Gregory’s interest lies in enhancing coral regeneration. She is involved in the ongoing Pemeruteran project in North Bali and also in Lombok’s fabulous Gilis, where the Biorock process is helping to rehabilitate and re-establish fringing reefs. She creates sculptures – not actually under water, which seems a shame since the very thought of such enterprise makes one want to learn scuba – that are then placed as coral growing agents.
One such entity now sunk off the Gilis is a female Buddha. There’s also a motorbike.
Gregory is now in the UK raising funds for a coral regeneration project at Amed in Bali’s north-east. We’ll keep an eye on that.
You Can’t Kick the Bukit
The delightful Gibson Saraji, whose Gorgonzola restaurant and wine bar on Jl Raya Uluwatu at Bukit Jimbaran is a big draw (you can’t miss it; it’s just across the road from the immigration detention centre) has added another string to his bow. He now operates Gorgonzola Gourmet from the same premises. It’s a handy fruit-and-veg shop, has all sorts of other goodies and is now offering his own smoked meats as an additional incentive to drop in and be tempted by the best espresso coffee on the Bukit.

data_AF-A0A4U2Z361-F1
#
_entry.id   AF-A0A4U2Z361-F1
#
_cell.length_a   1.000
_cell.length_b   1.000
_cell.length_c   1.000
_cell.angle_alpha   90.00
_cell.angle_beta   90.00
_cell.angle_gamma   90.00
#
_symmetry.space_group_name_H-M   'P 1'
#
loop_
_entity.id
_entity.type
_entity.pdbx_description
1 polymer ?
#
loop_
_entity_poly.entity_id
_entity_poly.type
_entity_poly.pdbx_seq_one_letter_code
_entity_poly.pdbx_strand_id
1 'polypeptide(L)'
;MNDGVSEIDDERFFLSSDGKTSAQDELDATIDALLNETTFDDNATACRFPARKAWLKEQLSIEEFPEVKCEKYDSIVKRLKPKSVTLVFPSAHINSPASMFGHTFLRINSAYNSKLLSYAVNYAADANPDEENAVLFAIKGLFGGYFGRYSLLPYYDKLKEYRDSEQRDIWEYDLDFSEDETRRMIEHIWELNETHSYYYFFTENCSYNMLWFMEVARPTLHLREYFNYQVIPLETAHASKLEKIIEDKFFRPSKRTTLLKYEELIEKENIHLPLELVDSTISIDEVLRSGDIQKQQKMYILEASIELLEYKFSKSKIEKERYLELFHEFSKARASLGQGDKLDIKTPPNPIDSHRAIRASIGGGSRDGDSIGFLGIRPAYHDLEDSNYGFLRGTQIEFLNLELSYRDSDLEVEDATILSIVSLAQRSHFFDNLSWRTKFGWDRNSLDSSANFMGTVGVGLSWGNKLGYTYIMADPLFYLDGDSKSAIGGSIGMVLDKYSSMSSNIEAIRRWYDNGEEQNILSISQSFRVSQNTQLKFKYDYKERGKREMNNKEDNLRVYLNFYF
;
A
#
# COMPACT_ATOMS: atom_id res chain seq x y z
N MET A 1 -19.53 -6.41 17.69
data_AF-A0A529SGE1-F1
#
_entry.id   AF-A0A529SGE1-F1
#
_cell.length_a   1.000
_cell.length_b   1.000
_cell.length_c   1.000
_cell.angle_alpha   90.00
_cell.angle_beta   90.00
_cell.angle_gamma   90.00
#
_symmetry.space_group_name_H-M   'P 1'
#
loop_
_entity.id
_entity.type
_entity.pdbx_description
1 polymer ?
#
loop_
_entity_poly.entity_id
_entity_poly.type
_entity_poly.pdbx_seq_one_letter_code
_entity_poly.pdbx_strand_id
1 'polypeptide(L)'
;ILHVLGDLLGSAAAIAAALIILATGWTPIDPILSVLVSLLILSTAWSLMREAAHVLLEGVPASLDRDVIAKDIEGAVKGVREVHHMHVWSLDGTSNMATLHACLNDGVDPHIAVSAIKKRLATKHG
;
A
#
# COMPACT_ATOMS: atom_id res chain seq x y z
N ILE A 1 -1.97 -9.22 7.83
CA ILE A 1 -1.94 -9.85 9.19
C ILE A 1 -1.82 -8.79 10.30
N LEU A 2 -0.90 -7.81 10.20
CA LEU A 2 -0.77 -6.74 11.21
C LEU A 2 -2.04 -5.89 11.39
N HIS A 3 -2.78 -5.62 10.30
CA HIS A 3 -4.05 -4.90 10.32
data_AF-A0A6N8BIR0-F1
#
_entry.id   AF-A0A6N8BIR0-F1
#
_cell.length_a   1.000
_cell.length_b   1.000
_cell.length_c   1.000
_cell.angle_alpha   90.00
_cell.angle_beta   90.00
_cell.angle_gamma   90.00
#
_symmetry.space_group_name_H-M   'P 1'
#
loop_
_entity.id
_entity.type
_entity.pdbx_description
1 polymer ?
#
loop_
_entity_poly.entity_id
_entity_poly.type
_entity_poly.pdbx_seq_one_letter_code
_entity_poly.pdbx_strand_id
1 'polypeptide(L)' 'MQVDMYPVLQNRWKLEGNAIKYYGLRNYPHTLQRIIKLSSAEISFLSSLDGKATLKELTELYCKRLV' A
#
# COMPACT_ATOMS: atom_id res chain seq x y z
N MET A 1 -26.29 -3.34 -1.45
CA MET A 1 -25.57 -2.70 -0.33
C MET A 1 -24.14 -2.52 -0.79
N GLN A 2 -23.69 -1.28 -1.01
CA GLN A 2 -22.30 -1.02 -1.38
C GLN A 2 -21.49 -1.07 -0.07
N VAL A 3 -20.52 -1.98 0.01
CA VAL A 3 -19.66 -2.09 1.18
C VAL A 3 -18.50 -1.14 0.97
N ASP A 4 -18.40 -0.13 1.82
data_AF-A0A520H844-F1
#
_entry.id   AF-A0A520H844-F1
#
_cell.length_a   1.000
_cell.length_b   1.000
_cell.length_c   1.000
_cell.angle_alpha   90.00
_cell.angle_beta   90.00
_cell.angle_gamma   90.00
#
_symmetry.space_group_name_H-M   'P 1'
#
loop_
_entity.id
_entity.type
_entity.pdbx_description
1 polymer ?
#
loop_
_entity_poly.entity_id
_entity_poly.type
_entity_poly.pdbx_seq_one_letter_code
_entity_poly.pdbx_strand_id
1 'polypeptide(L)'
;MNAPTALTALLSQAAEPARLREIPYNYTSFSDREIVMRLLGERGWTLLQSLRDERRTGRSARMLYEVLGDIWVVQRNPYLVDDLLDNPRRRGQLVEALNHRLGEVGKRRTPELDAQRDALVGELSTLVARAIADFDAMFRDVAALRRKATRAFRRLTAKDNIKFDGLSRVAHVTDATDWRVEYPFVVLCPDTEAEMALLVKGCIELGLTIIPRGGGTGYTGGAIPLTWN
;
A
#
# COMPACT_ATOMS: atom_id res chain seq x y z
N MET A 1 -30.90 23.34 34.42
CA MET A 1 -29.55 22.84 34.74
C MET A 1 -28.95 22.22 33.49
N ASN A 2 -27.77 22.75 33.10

Saraji, who is originally from Sumatra and likes to give his special friends a playful frisson of faux-fear now and then by reminding them that he comes from a long line of cannibals, also offers all-day breakfasts – a favourite with the Distaff– and nurtures a lovely orchid-filled garden with lots of shade. There’s plenty to graze on (from the kitchen) and free WiFi. And there’s live music on Saturday evenings too.
A little further up the road, just beside the GWK entrance, is another establishment we’ve recently noticed: Anchor Fish & Chips. We kill for fish and chips! Owner Laura Lucas – she’s Bali born; her mother was originally Dutch and her father a sea captain – runs a nicely tight ship. Its entrance might challenge some, though not the Diary in search of fish and chips, since it involves several flights of stairs. But she’s placed inspirational notices on each set of stairs (“Come on Granddad”; “You’re Nearly There”; and “Don’t Give Up Now” are fixed in your diarist’s mind).